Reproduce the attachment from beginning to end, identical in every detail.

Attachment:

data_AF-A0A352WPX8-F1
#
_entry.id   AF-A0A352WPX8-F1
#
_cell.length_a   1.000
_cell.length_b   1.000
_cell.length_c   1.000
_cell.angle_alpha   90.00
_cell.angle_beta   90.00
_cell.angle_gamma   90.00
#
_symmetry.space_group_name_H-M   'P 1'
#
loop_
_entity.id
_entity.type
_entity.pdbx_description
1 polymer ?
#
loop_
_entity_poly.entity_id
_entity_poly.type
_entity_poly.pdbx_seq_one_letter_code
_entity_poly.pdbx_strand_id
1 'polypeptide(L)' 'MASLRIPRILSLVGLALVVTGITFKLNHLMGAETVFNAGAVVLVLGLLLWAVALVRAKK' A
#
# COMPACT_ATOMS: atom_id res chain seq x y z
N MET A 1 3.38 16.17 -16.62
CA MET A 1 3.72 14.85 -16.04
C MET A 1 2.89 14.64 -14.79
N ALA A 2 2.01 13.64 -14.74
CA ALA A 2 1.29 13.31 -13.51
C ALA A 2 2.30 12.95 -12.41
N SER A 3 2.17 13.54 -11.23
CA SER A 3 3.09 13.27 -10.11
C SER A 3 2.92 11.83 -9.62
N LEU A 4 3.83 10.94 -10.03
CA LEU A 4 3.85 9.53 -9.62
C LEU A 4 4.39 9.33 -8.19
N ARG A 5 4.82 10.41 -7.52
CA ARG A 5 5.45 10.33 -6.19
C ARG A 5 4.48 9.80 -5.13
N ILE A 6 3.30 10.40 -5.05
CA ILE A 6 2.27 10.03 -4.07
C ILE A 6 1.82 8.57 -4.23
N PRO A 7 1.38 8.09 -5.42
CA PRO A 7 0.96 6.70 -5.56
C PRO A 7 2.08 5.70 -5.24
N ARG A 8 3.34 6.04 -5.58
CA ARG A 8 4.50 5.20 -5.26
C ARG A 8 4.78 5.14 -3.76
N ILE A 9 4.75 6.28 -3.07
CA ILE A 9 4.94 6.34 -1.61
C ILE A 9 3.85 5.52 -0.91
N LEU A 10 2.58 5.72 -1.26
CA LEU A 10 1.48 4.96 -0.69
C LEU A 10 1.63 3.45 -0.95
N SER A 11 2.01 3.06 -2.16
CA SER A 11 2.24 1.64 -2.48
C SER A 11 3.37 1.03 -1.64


data_AF-A0A352WPX8-F1
#
_entry.id   AF-A0A352WPX8-F1
#
_cell.length_a   1.000
_cell.length_b   1.000
_cell.length_c   1.000
_cell.angle_alpha   90.00
_cell.angle_beta   90.00
_cell.angle_gamma   90.00
#
_symmetry.space_group_name_H-M   'P 1'
#
loop_
_entity.id
_entity.type
_entity.pdbx_description
1 polymer ?
#
loop_
_entity_poly.entity_id
_entity_poly.type
_entity_poly.pdbx_seq_one_letter_code
_entity_poly.pdbx_strand_id
1 'polypeptide(L)' 'MASLRIPRILSLVGLALVVTGITFKLNHLMGAETVFNAGAVVLVLGLLLWAVALVRAKK' A
#
# COMPACT_ATOMS: atom_id res chain seq x y z
N MET A 1 3.38 16.17 -16.62
CA MET A 1 3.72 14.85 -16.04
C MET A 1 2.89 14.64 -14.79
N ALA A 2 2.01 13.64 -14.74
CA ALA A 2 1.29 13.31 -13.51
C ALA A 2 2.30 12.95 -12.41
N SER A 3 2.17 13.54 -11.23
CA SER A 3 3.09 13.27 -10.11
C SER A 3 2.92 11.83 -9.62
N LEU A 4 3.83 10.94 -10.03
CA LEU A 4 3.85 9.53 -9.62
C LEU A 4 4.39 9.33 -8.19
N ARG A 5 4.82 10.41 -7.52
CA ARG A 5 5.45 10.33 -6.19
C ARG A 5 4.48 9.80 -5.13
N ILE A 6 3.30 10.40 -5.05
CA ILE A 6 2.27 10.03 -4.07
C ILE A 6 1.82 8.57 -4.23
N PRO A 7 1.38 8.09 -5.42
CA PRO A 7 0.96 6.70 -5.56
C PRO A 7 2.08 5.70 -5.24
N ARG A 8 3.34 6.04 -5.58
CA ARG A 8 4.50 5.20 -5.26
C ARG A 8 4.78 5.14 -3.76
N ILE A 9 4.75 6.28 -3.07
CA ILE A 9 4.94 6.34 -1.61
C ILE A 9 3.85 5.52 -0.91
N LEU A 10 2.58 5.72 -1.26
CA LEU A 10 1.48 4.96 -0.69
C LEU A 10 1.63 3.45 -0.95
N SER A 11 2.01 3.06 -2.16
CA SER A 11 2.24 1.64 -2.48
C SER A 11 3.37 1.03 -1.64